Early Tooth Decay
When a child is born, the bacteria that cause tooth decay is not present in the child’s mouth. The bacteria that are the major causative agents in tooth decay are mutans streptococci, and to a much lesser extent, Lactobacillus. Tooth decay is an infectious disease and is spread between people by transmission of the bacteria (most notably mutans streptococci) from one person to another. Once the required type of bacteria is transmitted, with current technology it cannot be completely removed from the mouth. This is all relatively old and well accepted science. What is new has to do with how it is transmitted from one person to another and even more interestingly, when, and what effect the timing of transmission actually has.
The kind of bacteria that causes tooth decay used to be considered unable to maintain itself without hard structures (like teeth) to attach onto in the mouth. Recent research has shown that tooth decay causing bacteria can lodge itself in the fissures of the tongue before the teeth arrive. Early colonization by mutans streptococci is a major risk factor for developing cavities in the teeth later. Children whose mouths were found to have been colonized with the tooth decay causing bacteria at age two on average had over three times as much tooth decay by age four years as those children whose mouths were not colonized at age two years. It was also found that 89% of children whose mouths were colonized by mutans streptococci by age two had experienced at least one site of tooth decay by age four versus only 25% of children whose mouths were not colonized with mutans streptococci before age two. (This information was obtained from an article entitled Acquisition and Transmission of Mutans Streptococci printed in The Ontario Dentist Jan/Feb 2009 which reprinted the original article by Dr. Robert Berkowitz from the California Dental Association). What this means is that early colonization of a child’s mouth by mutans streptococci is a major risk factor for future development of cavities in the child’s teeth.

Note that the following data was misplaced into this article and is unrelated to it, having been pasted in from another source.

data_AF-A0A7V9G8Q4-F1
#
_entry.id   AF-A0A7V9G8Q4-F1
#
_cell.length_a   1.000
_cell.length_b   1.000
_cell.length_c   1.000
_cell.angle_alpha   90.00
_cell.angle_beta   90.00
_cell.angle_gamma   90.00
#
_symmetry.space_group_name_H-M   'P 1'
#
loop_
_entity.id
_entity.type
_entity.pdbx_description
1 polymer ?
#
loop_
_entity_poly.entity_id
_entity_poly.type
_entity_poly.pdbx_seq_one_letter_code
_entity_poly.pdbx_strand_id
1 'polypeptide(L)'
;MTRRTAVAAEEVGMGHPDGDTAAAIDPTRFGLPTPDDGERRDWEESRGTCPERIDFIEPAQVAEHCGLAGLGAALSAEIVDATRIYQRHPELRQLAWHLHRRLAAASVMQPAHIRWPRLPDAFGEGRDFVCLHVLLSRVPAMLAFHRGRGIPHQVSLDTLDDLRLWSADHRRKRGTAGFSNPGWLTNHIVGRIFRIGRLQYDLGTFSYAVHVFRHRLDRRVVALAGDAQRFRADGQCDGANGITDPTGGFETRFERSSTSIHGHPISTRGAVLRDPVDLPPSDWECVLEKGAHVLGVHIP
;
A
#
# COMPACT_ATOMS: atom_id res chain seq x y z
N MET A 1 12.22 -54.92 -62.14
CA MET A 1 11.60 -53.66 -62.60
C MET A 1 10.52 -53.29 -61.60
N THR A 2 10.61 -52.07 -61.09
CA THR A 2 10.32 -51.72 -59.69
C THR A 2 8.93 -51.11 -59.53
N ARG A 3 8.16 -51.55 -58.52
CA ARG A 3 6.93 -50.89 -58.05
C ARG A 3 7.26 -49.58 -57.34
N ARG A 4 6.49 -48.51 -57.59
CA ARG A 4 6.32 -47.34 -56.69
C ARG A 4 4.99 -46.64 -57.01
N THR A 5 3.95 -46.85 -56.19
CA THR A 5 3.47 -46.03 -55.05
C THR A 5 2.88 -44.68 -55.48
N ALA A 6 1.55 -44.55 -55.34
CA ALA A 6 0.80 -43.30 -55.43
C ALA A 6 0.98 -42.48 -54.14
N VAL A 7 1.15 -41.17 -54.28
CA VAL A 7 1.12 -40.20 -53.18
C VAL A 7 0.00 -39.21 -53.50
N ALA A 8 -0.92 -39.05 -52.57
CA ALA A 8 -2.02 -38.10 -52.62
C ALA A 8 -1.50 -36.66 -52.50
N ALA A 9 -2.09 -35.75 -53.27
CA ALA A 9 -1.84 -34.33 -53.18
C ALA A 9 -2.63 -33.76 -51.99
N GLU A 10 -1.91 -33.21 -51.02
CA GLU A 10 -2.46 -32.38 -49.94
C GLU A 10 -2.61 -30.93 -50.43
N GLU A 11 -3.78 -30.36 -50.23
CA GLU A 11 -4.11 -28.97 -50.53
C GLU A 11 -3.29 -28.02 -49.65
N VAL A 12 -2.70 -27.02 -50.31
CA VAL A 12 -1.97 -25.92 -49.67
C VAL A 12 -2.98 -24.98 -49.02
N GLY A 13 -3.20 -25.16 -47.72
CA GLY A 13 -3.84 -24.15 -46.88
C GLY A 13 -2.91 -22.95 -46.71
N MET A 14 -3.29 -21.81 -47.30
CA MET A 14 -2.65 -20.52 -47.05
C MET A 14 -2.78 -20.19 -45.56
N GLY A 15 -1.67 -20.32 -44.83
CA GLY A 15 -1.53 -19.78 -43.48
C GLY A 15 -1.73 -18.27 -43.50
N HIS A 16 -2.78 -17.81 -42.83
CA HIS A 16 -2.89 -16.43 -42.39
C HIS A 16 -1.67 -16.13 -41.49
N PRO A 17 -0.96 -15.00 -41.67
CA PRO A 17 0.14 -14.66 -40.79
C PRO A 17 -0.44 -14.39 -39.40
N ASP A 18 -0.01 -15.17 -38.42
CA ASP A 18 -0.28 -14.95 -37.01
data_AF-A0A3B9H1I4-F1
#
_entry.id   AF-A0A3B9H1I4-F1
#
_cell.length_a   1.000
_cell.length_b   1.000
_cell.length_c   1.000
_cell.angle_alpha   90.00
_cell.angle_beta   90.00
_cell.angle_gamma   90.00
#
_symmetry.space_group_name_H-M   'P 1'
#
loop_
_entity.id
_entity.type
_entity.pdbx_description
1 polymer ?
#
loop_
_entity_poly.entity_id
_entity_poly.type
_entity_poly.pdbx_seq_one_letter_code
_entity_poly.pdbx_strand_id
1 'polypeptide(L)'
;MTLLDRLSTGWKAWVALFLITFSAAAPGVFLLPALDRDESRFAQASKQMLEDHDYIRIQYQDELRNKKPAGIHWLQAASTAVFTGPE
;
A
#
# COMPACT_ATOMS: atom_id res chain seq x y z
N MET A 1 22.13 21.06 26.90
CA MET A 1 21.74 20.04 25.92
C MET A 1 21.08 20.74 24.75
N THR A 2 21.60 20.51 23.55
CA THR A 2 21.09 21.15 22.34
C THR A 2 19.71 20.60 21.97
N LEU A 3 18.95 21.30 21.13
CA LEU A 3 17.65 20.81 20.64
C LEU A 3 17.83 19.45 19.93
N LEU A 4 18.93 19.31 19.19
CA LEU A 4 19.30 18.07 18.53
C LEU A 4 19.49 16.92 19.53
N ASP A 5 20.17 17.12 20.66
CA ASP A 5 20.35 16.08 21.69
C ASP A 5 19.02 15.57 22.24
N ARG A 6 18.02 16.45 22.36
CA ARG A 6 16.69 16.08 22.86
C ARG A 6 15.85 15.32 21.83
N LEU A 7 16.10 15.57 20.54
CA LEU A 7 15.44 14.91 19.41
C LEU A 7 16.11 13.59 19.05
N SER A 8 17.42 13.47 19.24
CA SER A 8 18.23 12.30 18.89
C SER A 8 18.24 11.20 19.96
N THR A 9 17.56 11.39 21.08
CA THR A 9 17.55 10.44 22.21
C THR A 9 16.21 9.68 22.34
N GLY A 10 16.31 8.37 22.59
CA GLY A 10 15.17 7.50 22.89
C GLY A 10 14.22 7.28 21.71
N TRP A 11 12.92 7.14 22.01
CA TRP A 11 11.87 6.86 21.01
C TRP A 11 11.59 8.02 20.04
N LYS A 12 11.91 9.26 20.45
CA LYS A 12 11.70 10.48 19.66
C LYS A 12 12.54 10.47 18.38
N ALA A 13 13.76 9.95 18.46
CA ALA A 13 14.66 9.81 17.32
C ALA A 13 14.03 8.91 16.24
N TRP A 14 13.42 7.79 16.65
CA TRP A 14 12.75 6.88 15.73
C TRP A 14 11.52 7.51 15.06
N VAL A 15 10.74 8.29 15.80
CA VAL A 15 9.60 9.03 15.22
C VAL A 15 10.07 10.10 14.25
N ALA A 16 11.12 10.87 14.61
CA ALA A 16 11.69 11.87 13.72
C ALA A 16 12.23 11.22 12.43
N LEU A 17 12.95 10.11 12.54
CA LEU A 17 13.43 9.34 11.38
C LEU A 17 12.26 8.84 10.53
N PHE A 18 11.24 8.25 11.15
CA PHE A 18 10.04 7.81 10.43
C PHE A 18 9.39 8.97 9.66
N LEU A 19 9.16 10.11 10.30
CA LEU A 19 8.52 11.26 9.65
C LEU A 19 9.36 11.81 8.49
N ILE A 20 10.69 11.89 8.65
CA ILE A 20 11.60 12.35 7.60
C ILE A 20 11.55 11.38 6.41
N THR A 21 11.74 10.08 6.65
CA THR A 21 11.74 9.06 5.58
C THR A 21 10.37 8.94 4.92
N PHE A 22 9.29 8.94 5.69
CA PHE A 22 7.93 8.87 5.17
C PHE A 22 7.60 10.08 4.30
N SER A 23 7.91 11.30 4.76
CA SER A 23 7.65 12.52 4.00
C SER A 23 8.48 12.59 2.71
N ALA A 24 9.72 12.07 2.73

It has long been known that the major source of mutans streptococci for a child is from their mother. Now here is the real take home lesson: Reduction of the mother’s mutans streptococci clearly showed that infection of the baby could be prevented or delayed. Of course, prevention of transmission of mutans streptococci would mean no cavities for the child. Delayed transmission would mean fewer cavities for the child. It’s not just mom who transmits the tooth decay causing bacteria to the child. Other family members or even other children at the daycare also transmit the bacteria. However, the main source of the bacteria for the child is mom.
So what might a new mother do to prevent or delay transmission of mutans streptococci to her child? First of all, decayed teeth are huge storehouses for mutans streptococci. Before the baby is born, get the decayed teeth fixed or removed. In an infected person (which virtually every adult human is), dental plaque (the soft white stuff on your teeth) is loaded with mutans streptococci. New mothers need to brush and floss. More often is better for all of us, but for new mothers, more often could be all it takes to delay transfer of mutans streptococci until later when the subsequent damage to the teeth will be much less. So, get your teeth fixed before the baby comes, and brush and floss twice or more every day until the child is two. As well, a 30 second rinse with full strength Listerine after brushing and flossing in the morning would certainly reduce the mutans streptococci count in mom’s mouth, at least for a while. This information is presented to illustrate some of the science that is evolving in dentistry and how that science can make the lives of everyone better. Ask your dentist if you want to know more about prevention of tooth decay in children.
Dr. Michael G. Christensen is the original author of each of the articles on this list. Each of the articles was printed between 1999 and 2010 in either the "Daily Miner and News" or "The Enterprise" which are both newspapers in Kenora, Ontario.